Author:Susan Rowley (University of British Columbia)
Paper short abstract:
What happens when museums listen? In 2015 Wendy John (Musqueam) asked the Museum of Anthropology at UBC to bring early Salish weavings from far-flung museum collections home for a visit. This paper discusses the resulting exhibit The Fabric of Our Land: Salish Weaving (Nov. 19, 2017-April 15, 2018).
Paper long abstract:
"…, I know how [to weave], but I might get in trouble, you know?" (Mary Peters [Seabird Island] to Oliver Wells [settler] ca. 1961 recounted by Rena Point Bolton [Skowkale] in 2016).
Colonization has had the same devastating impact on Salish weaving as it has on countless Indigenous practices. Mass-produced Hudson's Bay Company blankets replaced hand-woven creations. Introduced diseases devastated communities. The reserve system and prejudicial regulations constrained access to resources. Government assimilationist policies, including residential schools, disrupted knowledge transmission from one generation to the next. And an imposed international border between Canada and the United States separated family ties.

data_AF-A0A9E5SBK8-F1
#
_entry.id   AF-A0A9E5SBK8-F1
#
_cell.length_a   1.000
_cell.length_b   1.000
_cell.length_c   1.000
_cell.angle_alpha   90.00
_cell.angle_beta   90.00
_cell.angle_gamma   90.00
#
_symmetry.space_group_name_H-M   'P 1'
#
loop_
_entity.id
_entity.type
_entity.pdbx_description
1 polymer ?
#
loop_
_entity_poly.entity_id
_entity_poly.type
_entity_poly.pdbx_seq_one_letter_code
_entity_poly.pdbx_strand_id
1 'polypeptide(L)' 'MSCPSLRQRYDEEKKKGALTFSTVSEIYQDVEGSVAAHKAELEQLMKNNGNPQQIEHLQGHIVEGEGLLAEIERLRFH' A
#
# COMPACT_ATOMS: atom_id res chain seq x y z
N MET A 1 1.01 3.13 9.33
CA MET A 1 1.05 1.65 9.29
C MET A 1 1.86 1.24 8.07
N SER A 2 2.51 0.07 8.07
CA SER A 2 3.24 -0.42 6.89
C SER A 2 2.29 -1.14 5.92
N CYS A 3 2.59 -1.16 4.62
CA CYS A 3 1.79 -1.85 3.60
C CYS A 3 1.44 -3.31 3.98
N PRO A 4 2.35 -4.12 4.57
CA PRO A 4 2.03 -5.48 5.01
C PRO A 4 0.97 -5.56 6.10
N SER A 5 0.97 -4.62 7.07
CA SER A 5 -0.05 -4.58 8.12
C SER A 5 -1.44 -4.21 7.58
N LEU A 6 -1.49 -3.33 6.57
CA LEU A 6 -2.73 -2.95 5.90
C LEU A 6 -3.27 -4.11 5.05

In 1885, Canada banned Indigenous ceremonies under the anti-potlatch provisions of the Indian Act. This ban remained in effect until 1951. Indigenous communities found ways to keep their cultures alive. Salish leaders proudly wore their blankets as symbols of authority and status. Ceremonies continued where family's demonstrated their wealth by distributing mountain goat wool blankets.
The resilience and strength of weavers through quiet acts of active resistance kept Salish weaving alive. Revitalization has been a slow but powerful force, radiating outward from many centres. Museums as the holders of the only examples of early Salish weaving play an ongoing role in this re-awakening. The Fabric of Our Land: Salish Weaving exhibit at the Museum of Anthropology at the University of British Columbia grew out of the desire of contemporary weavers to demonstrate respect for and to reconnect with the works of their ancestors.
Breaking the Silence: Heritage Objects and Cultural Memory